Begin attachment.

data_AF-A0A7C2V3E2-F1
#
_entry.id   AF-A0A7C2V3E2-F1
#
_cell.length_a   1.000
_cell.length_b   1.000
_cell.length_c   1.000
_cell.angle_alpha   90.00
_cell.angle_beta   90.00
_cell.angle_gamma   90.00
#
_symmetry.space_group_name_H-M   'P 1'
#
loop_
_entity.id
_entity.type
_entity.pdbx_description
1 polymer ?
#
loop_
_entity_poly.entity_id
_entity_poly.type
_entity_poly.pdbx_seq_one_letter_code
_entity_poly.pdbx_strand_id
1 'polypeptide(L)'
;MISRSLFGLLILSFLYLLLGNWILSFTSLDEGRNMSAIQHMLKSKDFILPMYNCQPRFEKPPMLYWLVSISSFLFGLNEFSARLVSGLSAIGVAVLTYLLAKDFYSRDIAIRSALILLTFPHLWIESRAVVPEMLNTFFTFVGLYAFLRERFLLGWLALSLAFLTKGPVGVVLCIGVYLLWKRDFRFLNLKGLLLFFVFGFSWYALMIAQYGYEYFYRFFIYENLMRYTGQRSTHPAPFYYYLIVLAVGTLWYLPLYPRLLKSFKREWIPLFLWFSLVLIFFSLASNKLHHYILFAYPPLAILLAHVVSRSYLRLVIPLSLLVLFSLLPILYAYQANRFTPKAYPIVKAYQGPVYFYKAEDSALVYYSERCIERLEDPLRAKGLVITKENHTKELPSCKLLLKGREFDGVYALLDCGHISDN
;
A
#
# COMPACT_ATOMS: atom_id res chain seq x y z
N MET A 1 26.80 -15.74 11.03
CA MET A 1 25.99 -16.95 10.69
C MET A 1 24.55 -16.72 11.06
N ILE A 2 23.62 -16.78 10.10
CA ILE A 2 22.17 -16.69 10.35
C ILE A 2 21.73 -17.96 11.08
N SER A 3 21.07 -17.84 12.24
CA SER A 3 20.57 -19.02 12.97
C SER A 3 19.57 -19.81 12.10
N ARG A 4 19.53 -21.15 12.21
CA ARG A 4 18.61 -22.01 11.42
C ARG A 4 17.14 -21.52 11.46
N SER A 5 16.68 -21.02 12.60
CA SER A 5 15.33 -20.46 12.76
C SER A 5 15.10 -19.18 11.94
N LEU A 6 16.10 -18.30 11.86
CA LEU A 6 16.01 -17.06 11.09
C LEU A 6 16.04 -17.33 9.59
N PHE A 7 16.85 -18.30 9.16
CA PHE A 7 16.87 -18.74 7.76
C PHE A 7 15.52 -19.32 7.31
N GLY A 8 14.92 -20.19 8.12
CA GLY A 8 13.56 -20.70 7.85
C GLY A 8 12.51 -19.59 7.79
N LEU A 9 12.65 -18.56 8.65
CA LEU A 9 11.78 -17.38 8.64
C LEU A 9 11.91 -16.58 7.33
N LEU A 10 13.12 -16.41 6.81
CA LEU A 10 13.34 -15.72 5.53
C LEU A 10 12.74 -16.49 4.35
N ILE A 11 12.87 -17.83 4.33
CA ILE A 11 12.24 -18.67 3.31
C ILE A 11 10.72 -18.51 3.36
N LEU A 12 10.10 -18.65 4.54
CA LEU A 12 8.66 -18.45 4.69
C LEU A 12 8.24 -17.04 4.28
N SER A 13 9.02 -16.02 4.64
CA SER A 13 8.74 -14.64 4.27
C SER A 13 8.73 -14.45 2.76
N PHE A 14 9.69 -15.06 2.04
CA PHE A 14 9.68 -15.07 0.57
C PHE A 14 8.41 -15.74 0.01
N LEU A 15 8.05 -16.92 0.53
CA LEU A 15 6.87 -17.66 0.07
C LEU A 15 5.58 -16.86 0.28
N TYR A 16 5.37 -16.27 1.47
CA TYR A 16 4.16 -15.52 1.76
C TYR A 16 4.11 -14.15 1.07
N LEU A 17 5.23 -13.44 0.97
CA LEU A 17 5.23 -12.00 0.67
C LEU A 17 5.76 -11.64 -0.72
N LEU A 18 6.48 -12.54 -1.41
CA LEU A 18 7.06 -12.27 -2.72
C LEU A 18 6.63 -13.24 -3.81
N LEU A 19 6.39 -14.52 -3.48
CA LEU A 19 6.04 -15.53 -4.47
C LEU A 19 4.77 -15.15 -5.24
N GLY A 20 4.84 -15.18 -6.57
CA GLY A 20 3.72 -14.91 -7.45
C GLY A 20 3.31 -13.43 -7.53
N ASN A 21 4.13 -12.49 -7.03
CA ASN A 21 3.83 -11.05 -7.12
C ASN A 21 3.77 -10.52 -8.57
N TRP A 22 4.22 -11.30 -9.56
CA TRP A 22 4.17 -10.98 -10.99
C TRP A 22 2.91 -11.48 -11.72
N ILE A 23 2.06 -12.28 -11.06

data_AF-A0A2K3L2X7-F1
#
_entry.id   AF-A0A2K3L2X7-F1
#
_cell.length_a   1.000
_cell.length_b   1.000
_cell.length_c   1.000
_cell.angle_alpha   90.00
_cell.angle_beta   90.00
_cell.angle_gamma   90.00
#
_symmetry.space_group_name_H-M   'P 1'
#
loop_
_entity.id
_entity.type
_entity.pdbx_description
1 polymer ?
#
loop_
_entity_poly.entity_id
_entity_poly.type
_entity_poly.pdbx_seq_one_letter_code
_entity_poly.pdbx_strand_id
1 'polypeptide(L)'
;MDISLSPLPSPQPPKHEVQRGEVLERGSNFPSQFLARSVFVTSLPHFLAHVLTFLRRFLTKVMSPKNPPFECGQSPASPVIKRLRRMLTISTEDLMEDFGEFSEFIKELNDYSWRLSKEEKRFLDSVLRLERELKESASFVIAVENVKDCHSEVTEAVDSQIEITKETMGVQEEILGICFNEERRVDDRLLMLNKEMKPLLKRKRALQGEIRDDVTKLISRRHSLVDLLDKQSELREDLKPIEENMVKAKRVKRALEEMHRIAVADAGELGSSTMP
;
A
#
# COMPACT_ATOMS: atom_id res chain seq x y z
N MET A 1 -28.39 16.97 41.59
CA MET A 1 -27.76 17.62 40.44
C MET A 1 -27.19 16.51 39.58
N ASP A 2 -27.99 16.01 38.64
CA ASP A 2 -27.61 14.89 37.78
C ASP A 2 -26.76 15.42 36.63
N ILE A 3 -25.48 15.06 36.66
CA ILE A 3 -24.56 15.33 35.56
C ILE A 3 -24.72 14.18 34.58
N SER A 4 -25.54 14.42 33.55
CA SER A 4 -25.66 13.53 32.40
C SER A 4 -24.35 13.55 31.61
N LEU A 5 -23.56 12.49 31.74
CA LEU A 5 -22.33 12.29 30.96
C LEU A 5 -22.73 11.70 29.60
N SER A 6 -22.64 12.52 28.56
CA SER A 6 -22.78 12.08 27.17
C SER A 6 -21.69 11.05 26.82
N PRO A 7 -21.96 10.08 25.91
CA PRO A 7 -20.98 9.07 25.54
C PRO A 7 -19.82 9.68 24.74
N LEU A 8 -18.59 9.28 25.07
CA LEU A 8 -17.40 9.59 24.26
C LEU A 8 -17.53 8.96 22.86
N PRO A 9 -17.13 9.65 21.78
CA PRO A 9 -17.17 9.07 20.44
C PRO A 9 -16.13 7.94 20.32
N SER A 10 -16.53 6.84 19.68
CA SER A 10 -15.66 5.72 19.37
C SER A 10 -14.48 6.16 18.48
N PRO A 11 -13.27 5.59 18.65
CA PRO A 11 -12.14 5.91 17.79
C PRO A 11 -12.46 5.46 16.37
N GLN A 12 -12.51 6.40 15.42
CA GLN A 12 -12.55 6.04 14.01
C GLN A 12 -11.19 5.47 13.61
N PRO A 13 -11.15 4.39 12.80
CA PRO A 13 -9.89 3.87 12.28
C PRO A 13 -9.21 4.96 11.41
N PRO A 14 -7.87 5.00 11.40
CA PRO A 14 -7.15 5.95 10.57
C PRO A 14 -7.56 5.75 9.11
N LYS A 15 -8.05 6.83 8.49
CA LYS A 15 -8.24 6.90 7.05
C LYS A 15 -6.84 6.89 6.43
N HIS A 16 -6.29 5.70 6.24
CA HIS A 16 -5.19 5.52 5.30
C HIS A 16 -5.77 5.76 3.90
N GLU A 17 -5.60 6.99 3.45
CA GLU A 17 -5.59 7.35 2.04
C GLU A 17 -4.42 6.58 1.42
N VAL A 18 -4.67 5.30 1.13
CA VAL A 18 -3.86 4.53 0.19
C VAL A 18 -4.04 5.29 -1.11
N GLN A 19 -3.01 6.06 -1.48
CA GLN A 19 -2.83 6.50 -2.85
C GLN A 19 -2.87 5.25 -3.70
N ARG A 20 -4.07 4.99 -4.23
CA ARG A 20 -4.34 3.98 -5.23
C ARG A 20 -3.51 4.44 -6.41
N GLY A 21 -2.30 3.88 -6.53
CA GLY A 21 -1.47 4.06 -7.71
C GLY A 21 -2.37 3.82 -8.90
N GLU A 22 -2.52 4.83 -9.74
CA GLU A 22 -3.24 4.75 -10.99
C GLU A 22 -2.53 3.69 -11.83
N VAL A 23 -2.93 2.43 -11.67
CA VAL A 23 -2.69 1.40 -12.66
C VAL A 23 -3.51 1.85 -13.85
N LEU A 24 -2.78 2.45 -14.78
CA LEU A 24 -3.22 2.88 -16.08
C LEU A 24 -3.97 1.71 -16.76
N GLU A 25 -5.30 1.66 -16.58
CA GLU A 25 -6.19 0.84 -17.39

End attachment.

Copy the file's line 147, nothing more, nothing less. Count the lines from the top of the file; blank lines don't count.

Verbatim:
CA PRO A 7 -20.98 9.07 25.54